• AR, AD, ADSR, and Pluck (Envelope). For each of these envelope generators, a voice will stay active as long as the envelope has not reached the end of its release (for AR and ADSR) or decay (for AD) stage — or, in the case of Pluck, whichever gets to zero first. Affect Voice Lifetime is enabled for these envelopes by default, making them the first determinant of how long to keep voices alive.

  • Gate In (I/O). When this module's Affect Voice Lifetime is enabled, a voice will be kept alive for as long as its note gate signal is on (in a high-logic state). This parameter is disabled by default.

  • Audio Out (I/O). When this module's Affect Voice Lifetime is enabled, a voice will be kept alive until it has fallen below the Silence Threshold setting for the designated Hold Time. The Affect Voice Lifetime parameter is disabled by default.

Only when all conditions being considered have finished is a voice extinguished. For example, only one envelope needs to be active to keep a voice alive. And enabling an additional Affect Voice Lifetime parameter can only keep notes to the same length or allow them to go longer; it will never shorten them.

Voicing "FX Grid"

FX Grid is a special device. While it is an audio effect, it is also fully responsive to note messages, allowing for the creation of effects that trigger an independent voice with each note that is played. It does this by includes the voicing options of Bitwig Studio's polyphonic instruments (see Voice Parameters for Instruments). All of the same voicing modes are available; they just act a little differently in this different context.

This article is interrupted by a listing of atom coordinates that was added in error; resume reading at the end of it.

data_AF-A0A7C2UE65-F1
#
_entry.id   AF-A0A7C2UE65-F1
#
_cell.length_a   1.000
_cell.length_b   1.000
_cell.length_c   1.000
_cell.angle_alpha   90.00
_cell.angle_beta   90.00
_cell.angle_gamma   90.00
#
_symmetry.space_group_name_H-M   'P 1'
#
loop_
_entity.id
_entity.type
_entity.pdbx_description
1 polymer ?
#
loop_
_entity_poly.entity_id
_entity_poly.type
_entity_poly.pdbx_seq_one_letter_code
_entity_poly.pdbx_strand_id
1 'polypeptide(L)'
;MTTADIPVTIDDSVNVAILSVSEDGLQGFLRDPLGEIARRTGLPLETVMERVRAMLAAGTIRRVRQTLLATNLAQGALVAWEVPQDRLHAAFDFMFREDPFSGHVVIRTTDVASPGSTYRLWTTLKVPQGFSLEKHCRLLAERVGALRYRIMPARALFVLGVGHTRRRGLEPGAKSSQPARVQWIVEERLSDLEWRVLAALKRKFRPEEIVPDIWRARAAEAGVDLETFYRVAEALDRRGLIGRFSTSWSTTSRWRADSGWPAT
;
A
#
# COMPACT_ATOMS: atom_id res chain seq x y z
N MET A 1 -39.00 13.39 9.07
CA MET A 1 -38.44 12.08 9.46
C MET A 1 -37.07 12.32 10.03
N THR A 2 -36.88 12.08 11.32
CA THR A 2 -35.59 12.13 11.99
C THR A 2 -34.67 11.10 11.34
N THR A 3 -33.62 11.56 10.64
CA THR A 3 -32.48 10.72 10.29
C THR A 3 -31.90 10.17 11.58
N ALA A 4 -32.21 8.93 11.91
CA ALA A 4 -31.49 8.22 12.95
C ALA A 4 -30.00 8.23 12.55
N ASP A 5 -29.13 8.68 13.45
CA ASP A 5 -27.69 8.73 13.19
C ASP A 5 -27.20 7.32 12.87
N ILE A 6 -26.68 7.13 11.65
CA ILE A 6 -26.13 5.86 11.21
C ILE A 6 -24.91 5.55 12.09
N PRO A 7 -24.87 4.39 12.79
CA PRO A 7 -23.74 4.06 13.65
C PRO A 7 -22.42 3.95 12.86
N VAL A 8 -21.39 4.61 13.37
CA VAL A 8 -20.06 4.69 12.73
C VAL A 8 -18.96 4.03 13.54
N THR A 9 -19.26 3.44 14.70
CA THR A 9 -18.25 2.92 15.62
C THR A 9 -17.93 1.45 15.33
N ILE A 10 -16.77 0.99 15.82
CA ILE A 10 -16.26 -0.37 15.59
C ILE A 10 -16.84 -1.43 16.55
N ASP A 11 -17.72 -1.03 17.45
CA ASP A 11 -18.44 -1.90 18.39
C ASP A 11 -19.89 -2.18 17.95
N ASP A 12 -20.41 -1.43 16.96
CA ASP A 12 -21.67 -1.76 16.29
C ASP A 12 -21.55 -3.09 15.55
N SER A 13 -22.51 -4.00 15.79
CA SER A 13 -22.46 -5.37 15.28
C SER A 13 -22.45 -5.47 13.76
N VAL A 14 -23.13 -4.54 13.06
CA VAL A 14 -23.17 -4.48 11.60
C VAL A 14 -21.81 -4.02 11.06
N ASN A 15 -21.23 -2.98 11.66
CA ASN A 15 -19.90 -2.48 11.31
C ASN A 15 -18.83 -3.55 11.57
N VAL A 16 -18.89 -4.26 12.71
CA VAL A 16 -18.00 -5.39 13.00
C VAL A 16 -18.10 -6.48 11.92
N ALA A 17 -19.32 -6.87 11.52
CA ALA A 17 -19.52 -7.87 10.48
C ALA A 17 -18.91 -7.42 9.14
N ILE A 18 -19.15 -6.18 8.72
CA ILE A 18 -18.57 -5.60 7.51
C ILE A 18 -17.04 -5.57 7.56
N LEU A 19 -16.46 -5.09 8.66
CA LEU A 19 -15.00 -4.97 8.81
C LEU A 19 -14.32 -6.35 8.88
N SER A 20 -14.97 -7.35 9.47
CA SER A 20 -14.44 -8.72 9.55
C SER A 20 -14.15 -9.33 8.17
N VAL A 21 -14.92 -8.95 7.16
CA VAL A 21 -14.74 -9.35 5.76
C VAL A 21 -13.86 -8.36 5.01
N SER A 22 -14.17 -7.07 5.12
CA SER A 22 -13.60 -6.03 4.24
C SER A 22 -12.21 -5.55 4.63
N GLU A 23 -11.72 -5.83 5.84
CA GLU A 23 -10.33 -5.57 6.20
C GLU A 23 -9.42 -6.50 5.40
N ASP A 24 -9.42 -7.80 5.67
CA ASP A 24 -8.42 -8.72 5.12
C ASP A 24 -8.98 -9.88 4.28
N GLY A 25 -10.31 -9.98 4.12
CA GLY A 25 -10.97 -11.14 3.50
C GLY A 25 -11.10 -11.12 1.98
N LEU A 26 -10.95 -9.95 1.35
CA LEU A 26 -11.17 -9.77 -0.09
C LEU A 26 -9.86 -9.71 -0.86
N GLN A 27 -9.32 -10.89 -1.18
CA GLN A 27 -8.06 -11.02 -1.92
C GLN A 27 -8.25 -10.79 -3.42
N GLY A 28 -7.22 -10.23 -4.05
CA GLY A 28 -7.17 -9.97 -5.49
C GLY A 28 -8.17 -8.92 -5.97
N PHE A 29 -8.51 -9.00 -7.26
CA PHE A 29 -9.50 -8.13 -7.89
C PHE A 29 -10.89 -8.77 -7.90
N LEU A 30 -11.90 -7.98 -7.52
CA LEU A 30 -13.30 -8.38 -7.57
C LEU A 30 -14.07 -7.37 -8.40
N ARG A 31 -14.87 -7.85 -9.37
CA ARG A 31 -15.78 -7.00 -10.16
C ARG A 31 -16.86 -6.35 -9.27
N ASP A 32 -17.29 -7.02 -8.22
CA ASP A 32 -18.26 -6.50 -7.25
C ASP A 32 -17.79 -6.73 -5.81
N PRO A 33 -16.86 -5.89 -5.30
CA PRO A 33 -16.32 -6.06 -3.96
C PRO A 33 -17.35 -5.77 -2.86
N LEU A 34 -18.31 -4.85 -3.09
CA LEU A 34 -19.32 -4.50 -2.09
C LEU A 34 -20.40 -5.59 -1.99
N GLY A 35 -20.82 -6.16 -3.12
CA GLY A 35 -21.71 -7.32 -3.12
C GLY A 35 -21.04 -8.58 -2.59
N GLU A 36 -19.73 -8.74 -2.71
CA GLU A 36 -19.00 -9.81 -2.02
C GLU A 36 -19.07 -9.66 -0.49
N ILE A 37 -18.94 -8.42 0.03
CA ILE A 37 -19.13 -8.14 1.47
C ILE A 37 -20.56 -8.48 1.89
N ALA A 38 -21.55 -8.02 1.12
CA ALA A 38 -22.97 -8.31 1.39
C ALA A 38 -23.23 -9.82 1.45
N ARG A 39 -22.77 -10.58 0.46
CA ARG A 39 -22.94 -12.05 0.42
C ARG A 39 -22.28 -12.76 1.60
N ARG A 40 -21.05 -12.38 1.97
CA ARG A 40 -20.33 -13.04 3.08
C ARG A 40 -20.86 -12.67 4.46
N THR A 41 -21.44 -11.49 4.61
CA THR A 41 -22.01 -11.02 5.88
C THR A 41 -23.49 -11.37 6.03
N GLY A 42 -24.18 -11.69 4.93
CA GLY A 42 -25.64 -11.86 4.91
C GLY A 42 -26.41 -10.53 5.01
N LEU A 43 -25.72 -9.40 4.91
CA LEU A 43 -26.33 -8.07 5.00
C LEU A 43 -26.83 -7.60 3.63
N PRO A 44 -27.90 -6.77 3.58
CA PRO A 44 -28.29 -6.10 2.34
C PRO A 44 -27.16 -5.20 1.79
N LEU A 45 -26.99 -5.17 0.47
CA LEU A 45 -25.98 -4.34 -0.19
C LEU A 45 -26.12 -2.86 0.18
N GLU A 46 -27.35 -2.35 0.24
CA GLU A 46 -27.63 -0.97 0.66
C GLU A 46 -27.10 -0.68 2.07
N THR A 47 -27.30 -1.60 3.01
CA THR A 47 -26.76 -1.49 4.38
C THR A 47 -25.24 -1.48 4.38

• True Mono is the default mode for FX Grid. In an instrument like Poly Grid, this mode always keeps the voice on, which can create a droning instrument (when envelopes aren't employed). Similarly with FX Grid, this mode always keeps the voice on, which is perfect for a traditional effect processor that should respond whenever audio of any level enters.

  • Polyphony (whenever Voices is set to 2 or more) requires an incoming note signal to trigger each voice. Otherwise, the effect will not sound. This also means that voice management will be used to determine when each voice should be ended.

  • Digi Mono is also available. It works as previously described (again, see Voice Parameters for Instruments) and also requires note signals to produce any sound.

Since note signals are required to articulate sound in both Digi Mono mode and when using polyphony, notes can be received at the input of the device. This default behavior is useful on an instrument track that is already being driven by notes, but this doesn't help on an audio track.

To change the default note source on an FX Grid device: go to the Inspector Panel for the device and change the Note Source setting. This will reroute not only the various I/O modules that receive device input but also all pre-cords (see Module Pre-cords).

Finally, the Voice stacking setting works as it does with instruments and can be used in any voice mode. So a direct audio processor in True Mono mode could be stacked — and use the Voice Stack Spread ± modulator to distribute different settings to each voice in the stack — without the need to use note signals at all.